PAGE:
CAMPAIGNERS are celebrating the success of a "hard fought" battle to gain listing protection for Durham University's Brutalist student union building on the banks of the River Wear.

The university had planned to demolish Dunelm House and neighbouring lecture blocks in New Elvet, as part of a re-development masterplan, citing excessive repair costs, but it has now been given Grade II listed status.

The Twentish Century Society’s head of casework Clare Price said: “I am delighted that the society’s campaign to persuade the Minister to list Dunelm House has finally been successful.

"It is such a striking building in a stunning location and fully deserves recognition at a national level. This result makes the hard work and tenacity of all involved worthwhile despite the long wait.

"We look forward to working with the university to identify ways the building can continue in use as there are so many exciting possibilities for it.”

The five-level concrete building was constructed between 1964 and 1966 to the designs of Richard Raines of the Architects’ Co-Partnership, under supervision of the partner Michael Powers.

It "responds cleverly and dramatically to a very difficult site in the Wear Gorge", and as a counterpart and compliment to Sir Ove Arup’s adjacent Grade I-listed Kingsgate Bridge and the cathedral on the other side.

Arup acted as structural engineer and architectural advisor and is famously featured in a bust on one of the outside walls.

C20’s campaign started in 2016 when Durham University applied for a Certificate of Immunity against listing. It was later announced that they were planning to demolish the building as part of a redevelopment masterplan.

Campaigners argued the building deserved to be listed and that the COI should be refused. Although Historic England recommended Grade II listing, the Secretary of State disagreed, refusing to list it even at Grade II.

C20's first request for a full reappraisal was unsuccessful, but their second, accompanied by a Freedom of Information request for disclosure of all documentation, was granted. This review has now led to the building being listed at Grade II.

The university’s consultants had maintained that Dunelm House was in poor condition, as a result of which it was under-utilised, the original design was inflexible, the concrete of the structure was failing and the roof had never worked properly. These claims were strongly disputed by C20 and HE.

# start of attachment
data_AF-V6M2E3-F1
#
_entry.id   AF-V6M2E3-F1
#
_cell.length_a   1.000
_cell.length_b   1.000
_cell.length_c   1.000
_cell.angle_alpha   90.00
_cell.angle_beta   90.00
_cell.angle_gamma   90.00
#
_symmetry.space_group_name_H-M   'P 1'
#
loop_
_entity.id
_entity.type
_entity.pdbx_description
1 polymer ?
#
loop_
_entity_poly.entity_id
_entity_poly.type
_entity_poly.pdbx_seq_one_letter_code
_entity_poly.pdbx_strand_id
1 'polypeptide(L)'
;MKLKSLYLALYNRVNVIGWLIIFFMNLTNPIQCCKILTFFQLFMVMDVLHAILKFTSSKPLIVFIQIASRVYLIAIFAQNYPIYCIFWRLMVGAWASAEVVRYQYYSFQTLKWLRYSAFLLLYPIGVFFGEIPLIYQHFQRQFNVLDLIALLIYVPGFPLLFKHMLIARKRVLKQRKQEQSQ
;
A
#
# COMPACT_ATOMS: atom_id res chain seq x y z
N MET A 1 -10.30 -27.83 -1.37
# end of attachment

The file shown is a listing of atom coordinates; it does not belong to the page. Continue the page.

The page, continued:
C2O’s Clare Price said at the time: “We are of the opinion that the issues are ones of repair and that they can be addressed. State of repair is not a valid consideration when deciding whether a building can be listed – a necessary precaution to prevent deliberate neglect.

"Many buildings of this period, listed and unlisted, suffer from problems with concrete, often caused by lack of maintenance or inappropriate repairs. These issues have successfully been resolved in numerous cases.”

She pointed out that the original roof has never been replaced which would be expected in a building of this age with “design defects.”

Adrian Green, a historian of architecture based at Durham University, said: “The 'Caring for Brutalism' conference held in Dunelm House in October 2017 brought together experts on Brutalism and Post- War university architecture.

The conference made plain the outstanding significance of Dunelm House and its special place in the history of Durham University.

It was built to embody 1960s values about turning students into cultivated citizens. The building was erected with public funds from the University Grants Committee, responding to the Robbins Report on University Education.

In addition to winning both a Civic Trust award and the RIBA Bronze Medal for 1966, the building was positively reviewed at the time of its completion and has subsequently been praised many times.

Professor Stuart Corbridge, Vice-Chancellor and Warden, Durham University, said: “Durham University is a responsible custodian of a large and historic estate.

"We manage over 300 buildings, 62 of which are listed, and we also jointly manage a World Heritage Site with Durham Cathedral. We take decisions on the future of our estate with great care and following wide consultation with interested stakeholders and the public.

"The Secretary of State’s decision to list Dunelm House as Grade II, which notes there are divided opinions on Brutalist buildings, has given us much to consider as we shape our future investment strategy. We will now carefully work through options for the building, while continuing to work in partnership with our students, staff and stakeholders.”

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